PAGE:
"Some people might have an aversion to castanets," deadpans Will Hoge, standing in the vocal booth at RCA's historic Studio A on 17th Avenue in Nashville. He, his band and producer Marshall Altman are beginning work on the follow-up to last year's exceptional Never Give In. The album, a mix of Stones swagger and stark confessionals, included Hoge's stirring ballad "Strong," heard frequently on TV as part of a Chevy truck ad campaign.
During a late-evening session in June, the track Hoge is tackling is decidedly more rock & roll than the country-tinged "Strong." A heartland anthem titled "Middle of America," the single — available on iTunes on Tuesday but streaming exclusively below at Rolling Stone Country — was written by Hoge and songwriters Jessi Alexander and Tommy Lee James just the day before. Though finished lyrically, its arrangement is still being fleshed out. Thus the discussion about castanets — they didn't make the cut.
"I wasn't expecting to write a song for me. We were just trying to write a great song and as it went on I started getting more and more attached to it. There's always that moment of, 'Do I want to keep this song for myself because I think it's really great, or do I want to send it to Blake Shelton and make a whole bunch of money off of it? Maybe he'll want it.' It’s a strange place to be, but I'm pragmatic enough to know that sometimes that's the right play," says Hoge, taking a break on a bench in the lobby of 30 Music Square West, the building that houses Studio A. (In the news recently, the venerable building was sold to a developer amid public outcry.)
Despite watching the Eli Young Band take his song "Even It Breaks Your Heart" to the top of the country charts — Hoge originally cut the track for his 2009 album The Wreckage — he decided to keep "Middle of America" for himself. Especially after sharing it with the producer Altman, with whom he's working for the first time.
"I sent it to Marshall and he emailed me four minutes after he got it. He said, 'Man, this song is special. This is something,'" says Hoge, who shared it with the rest of his team with similar results. "The only other time that this has happened to me, when I played something for a producer and then everybody lined up behind it, was with 'Even If It Breaks Your Heart.'"
With echoes of Mellencamp, both sonically and in its "Jack & Diane" depiction of small town life, "Middle of America" is both relatable and reassuring. "It'll be alright/it's just another night/in the middle of America," goes the chorus.
"All of those lyrics reflected all of our upbringings," Hoge says. Despite a glut of country songs about rural living that have made the small-town experience almost apocryphal, Hoge has lived in, toured and visited the very same place he sings about in "Middle of America." He's also well-acquainted with its archetypes.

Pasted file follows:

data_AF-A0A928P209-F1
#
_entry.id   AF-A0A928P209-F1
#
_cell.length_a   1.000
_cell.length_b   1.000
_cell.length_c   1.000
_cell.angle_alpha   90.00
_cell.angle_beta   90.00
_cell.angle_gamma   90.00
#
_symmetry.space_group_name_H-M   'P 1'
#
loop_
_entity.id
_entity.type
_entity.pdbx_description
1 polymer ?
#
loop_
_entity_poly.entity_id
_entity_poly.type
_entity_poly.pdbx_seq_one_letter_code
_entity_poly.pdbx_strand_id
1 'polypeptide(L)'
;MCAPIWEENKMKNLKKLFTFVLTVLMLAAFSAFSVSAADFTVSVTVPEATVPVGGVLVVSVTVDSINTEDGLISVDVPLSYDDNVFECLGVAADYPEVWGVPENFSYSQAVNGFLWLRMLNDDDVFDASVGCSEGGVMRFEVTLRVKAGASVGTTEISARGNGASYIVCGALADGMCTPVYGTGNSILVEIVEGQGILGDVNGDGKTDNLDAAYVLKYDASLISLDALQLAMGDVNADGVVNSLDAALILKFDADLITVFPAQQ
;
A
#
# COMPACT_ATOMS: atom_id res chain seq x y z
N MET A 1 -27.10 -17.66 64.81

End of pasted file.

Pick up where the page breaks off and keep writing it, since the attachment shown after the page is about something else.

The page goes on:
"There's always somebody who's too drunk and there's always the frat guy and the jock and there's the guy that's staying home and the girl who's being broken up with. It's everywhere," he says.
To his eyes, they're people who are just trying to get by, raise their kids and, when necessary, self-medicate at the local bar.
"We wanted to convey the idea that [life] is a little screwed up and we all make mistakes, but it is what it is," he says.
Back in his vocal booth, Hoge and the band decide to try a slower arrangement. Altman agrees and enters the studio to direct the band, waving his arms like a conductor. More guitar here, a bass vamp there and a request for more bombastic Kiss-like drums — which prompts Hoge to ad lib, "It'll be alright/with Peter Criss tonight…"
Hoge, who produced his last three albums himself, was inspired to let go of the producer reins after hearing Eric Paslay's "Friday Night" and Frankie Ballard's "Helluva Life," both products of Altman, while he was driving his tour bus to a gig. Yes, Hoge often drives his own bus.
"I had a late night conversation to myself driving the bus and I was like, 'Man, I wish I could find somebody to help me make a record that will still be a great Will Hoge record but will also have some pop sensibility that works at radio,'" he recalls. "Because that's not something that I necessarily do naturally. I don't want it to be unnatural, but I wanted to push myself."
Sitting in the control room listening to yet another run-through of "Middle of America," it seems as if Hoge's vision is being realized. And he knows it too. He breaks into a grin from the booth when the song's final chord stops ringing.
"Let's get this band some beer," he says.